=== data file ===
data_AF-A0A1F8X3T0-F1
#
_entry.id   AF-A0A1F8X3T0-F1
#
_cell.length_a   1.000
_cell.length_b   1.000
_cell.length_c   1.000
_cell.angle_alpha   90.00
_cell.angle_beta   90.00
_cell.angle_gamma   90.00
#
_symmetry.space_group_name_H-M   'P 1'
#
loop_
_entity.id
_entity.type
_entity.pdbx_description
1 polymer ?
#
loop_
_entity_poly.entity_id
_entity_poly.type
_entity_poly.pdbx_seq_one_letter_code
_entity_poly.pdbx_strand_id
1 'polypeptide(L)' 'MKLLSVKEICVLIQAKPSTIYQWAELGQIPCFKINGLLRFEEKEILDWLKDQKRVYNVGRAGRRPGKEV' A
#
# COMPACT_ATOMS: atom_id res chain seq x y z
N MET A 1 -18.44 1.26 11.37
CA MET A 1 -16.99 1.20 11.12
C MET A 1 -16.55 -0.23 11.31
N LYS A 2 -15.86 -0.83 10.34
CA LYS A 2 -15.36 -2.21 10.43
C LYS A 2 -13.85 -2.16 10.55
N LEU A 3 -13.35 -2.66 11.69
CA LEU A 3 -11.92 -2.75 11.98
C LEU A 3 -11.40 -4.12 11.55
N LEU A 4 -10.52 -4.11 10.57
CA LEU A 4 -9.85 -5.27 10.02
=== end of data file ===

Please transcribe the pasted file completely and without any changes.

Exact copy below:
data_AF-A0A1F8X3T0-F1
#
_entry.id   AF-A0A1F8X3T0-F1
#
_cell.length_a   1.000
_cell.length_b   1.000
_cell.length_c   1.000
_cell.angle_alpha   90.00
_cell.angle_beta   90.00
_cell.angle_gamma   90.00
#
_symmetry.space_group_name_H-M   'P 1'
#
loop_
_entity.id
_entity.type
_entity.pdbx_description
1 polymer ?
#
loop_
_entity_poly.entity_id
_entity_poly.type
_entity_poly.pdbx_seq_one_letter_code
_entity_poly.pdbx_strand_id
1 'polypeptide(L)' 'MKLLSVKEICVLIQAKPSTIYQWAELGQIPCFKINGLLRFEEKEILDWLKDQKRVYNVGRAGRRPGKEV' A
#
# COMPACT_ATOMS: atom_id res chain seq x y z
N MET A 1 -18.44 1.26 11.37
CA MET A 1 -16.99 1.20 11.12
C MET A 1 -16.55 -0.23 11.31
N LYS A 2 -15.86 -0.83 10.34
CA LYS A 2 -15.36 -2.21 10.43
C LYS A 2 -13.85 -2.16 10.55
N LEU A 3 -13.35 -2.66 11.69
CA LEU A 3 -11.92 -2.75 11.98
C LEU A 3 -11.40 -4.12 11.55
N LEU A 4 -10.52 -4.11 10.57
CA LEU A 4 -9.85 -5.27 10.02